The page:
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Child custody basics in Arizona

On Behalf of | May 21, 2014 | Child Custody

Parents getting divorced in Arizona may be wondering how the divorce will impact their relationship with their children. Deciding child custody arrangements can be very difficult for many parents, especially when parents cannot agree on custody decisions. 

Child custody arrangements can be complex. There are many different types of child custody arrangements that parents should be aware of before agreeing to a certain arrangement or going to court. Parents should know the difference between custodial and non-custodial parents. Children often live with the custodial parent, who has the legal rights to make decisions for the child. Non-custodial parents do not have legal custody of the kids. 

In addition to knowing the difference between custodial and non-custodial parents, parents should be aware of the different types of custody under Arizona law. Listed below are the different types of custody:

  • Sole legal custody: one parent makes all major decisions for the child’s care
  • Joint legal custody: both parents are responsible for making major decisions like education, health care and religious upbringing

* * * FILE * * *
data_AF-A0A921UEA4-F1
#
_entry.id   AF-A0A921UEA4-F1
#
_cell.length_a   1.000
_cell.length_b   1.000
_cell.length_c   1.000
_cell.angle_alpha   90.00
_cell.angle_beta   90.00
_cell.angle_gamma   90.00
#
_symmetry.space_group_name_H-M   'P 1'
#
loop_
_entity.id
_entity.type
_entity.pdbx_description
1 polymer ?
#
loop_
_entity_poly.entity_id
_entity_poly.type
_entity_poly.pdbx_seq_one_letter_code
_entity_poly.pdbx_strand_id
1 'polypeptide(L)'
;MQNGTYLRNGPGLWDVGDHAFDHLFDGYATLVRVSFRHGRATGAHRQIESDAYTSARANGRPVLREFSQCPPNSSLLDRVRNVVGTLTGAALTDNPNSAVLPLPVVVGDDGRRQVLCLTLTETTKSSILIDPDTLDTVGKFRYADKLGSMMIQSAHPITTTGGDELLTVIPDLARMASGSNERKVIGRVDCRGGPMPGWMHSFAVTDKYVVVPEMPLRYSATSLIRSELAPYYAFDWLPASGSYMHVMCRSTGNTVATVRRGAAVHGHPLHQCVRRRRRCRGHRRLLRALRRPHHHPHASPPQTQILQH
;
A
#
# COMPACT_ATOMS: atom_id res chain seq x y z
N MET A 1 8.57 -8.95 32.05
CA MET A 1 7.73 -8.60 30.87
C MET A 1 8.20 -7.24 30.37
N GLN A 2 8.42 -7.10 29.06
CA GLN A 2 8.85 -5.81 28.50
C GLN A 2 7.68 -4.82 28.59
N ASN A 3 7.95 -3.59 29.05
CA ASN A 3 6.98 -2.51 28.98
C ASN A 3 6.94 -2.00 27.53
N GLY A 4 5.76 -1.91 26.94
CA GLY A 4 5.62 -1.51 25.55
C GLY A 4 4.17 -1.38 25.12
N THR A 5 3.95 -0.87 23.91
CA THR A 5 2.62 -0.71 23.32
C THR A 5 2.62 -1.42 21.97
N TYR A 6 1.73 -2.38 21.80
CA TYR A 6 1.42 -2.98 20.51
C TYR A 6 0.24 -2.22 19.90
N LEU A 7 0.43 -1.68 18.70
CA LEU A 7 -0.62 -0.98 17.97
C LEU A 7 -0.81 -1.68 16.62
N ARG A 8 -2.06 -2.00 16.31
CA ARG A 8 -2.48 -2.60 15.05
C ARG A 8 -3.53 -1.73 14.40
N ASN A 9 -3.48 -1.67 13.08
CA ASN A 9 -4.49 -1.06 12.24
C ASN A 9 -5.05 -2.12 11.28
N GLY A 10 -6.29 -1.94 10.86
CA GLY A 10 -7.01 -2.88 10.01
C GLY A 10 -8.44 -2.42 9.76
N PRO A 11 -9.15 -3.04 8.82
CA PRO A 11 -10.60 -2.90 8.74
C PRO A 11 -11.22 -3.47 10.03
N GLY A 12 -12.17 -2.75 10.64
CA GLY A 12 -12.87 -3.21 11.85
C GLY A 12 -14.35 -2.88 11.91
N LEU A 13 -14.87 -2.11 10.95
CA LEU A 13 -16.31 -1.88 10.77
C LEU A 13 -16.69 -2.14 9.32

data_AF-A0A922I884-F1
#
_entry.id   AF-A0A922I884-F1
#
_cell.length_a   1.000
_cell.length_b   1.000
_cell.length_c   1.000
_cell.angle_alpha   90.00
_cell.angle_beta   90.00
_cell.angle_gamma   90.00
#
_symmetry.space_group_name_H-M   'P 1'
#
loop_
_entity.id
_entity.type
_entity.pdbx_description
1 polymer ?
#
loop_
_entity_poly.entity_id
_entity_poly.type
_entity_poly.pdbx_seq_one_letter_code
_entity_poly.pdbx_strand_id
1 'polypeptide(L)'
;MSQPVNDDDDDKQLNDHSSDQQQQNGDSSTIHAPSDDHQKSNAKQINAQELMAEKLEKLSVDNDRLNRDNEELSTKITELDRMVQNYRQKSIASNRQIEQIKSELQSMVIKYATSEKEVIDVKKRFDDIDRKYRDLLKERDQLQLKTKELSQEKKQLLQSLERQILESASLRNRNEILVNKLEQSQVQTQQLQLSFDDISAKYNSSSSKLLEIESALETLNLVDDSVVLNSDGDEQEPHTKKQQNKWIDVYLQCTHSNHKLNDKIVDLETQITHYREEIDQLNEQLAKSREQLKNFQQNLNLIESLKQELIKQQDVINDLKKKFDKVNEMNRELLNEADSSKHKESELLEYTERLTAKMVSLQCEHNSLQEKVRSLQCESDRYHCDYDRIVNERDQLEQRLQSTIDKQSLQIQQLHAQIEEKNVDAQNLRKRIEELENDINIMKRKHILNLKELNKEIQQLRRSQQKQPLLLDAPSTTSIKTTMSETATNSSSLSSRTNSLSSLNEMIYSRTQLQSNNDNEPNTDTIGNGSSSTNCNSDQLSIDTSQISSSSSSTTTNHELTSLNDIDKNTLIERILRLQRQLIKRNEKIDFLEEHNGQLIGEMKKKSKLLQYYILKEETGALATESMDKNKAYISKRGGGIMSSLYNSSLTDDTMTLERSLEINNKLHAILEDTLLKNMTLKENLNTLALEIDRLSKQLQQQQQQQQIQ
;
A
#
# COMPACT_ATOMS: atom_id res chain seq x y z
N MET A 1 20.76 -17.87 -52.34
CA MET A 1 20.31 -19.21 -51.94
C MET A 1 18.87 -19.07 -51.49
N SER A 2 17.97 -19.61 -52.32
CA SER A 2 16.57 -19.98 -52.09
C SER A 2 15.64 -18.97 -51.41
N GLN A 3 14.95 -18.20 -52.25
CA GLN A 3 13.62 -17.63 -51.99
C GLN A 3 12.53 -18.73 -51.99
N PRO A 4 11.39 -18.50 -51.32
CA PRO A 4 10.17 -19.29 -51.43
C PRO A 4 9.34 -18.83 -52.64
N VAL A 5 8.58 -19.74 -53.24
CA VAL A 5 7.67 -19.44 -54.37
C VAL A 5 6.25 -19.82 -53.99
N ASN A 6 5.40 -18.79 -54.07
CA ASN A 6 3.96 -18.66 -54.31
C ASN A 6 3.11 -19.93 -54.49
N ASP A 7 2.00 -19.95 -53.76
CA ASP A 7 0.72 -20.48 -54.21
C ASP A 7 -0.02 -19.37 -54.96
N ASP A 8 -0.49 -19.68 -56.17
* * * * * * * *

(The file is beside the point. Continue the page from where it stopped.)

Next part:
• Sole physical custody: the child lives with one parent
  • Joint physical custody: the child’s living arrangements are shared between both parents

It is important to note that a court can order joint legal custody even when one parent has sole physical custody. This could mean that the child would live with one parent but both parents are still responsible for making major decisions for their child. 

When the court grants custody, they take the child’s best interests into consideration before determining which parent will get custody of the child or if joint custody will work best for the family. 

Parents getting divorced should understand the different types of custody in Arizona so they know how child custody decisions are made and how their children may be affected after the divorce. 

Source: AZ Law Help, “Things You Should Know About Custody and Parenting Time,” Accessed May 20, 2014